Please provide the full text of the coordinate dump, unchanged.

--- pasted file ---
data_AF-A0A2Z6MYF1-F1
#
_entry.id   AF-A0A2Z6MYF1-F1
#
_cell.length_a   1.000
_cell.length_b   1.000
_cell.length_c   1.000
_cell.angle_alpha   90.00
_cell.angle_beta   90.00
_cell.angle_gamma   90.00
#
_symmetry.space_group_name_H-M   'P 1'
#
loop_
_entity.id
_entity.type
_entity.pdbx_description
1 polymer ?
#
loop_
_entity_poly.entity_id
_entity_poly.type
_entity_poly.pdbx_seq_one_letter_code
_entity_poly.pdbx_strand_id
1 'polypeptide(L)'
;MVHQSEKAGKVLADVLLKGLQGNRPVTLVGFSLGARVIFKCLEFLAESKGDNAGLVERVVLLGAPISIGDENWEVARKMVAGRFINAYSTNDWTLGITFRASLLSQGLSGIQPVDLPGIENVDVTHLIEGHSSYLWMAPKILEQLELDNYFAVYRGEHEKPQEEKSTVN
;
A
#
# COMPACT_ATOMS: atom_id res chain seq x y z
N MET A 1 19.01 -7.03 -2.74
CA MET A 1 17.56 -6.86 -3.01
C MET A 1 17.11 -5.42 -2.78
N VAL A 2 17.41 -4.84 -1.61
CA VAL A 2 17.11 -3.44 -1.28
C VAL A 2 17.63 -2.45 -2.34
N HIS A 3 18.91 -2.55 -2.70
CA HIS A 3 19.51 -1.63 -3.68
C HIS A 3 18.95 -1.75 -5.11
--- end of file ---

data_AF-A0A2Z6MYF1-F1
#
_entry.id   AF-A0A2Z6MYF1-F1
#
_cell.length_a   1.000
_cell.length_b   1.000
_cell.length_c   1.000
_cell.angle_alpha   90.00
_cell.angle_beta   90.00
_cell.angle_gamma   90.00
#
_symmetry.space_group_name_H-M   'P 1'
#
loop_
_entity.id
_entity.type
_entity.pdbx_description
1 polymer ?
#
loop_
_entity_poly.entity_id
_entity_poly.type
_entity_poly.pdbx_seq_one_letter_code
_entity_poly.pdbx_strand_id
1 'polypeptide(L)'
;MVHQSEKAGKVLADVLLKGLQGNRPVTLVGFSLGARVIFKCLEFLAESKGDNAGLVERVVLLGAPISIGDENWEVARKMVAGRFINAYSTNDWTLGITFRASLLSQGLSGIQPVDLPGIENVDVTHLIEGHSSYLWMAPKILEQLELDNYFAVYRGEHEKPQEEKSTVN
;
A
#
# COMPACT_ATOMS: atom_id res chain seq x y z
N MET A 1 19.01 -7.03 -2.74
CA MET A 1 17.56 -6.86 -3.01
C MET A 1 17.11 -5.42 -2.78
N VAL A 2 17.41 -4.84 -1.61
CA VAL A 2 17.11 -3.44 -1.28
C VAL A 2 17.63 -2.45 -2.34
N HIS A 3 18.91 -2.55 -2.70
CA HIS A 3 19.51 -1.63 -3.68
C HIS A 3 18.95 -1.75 -5.11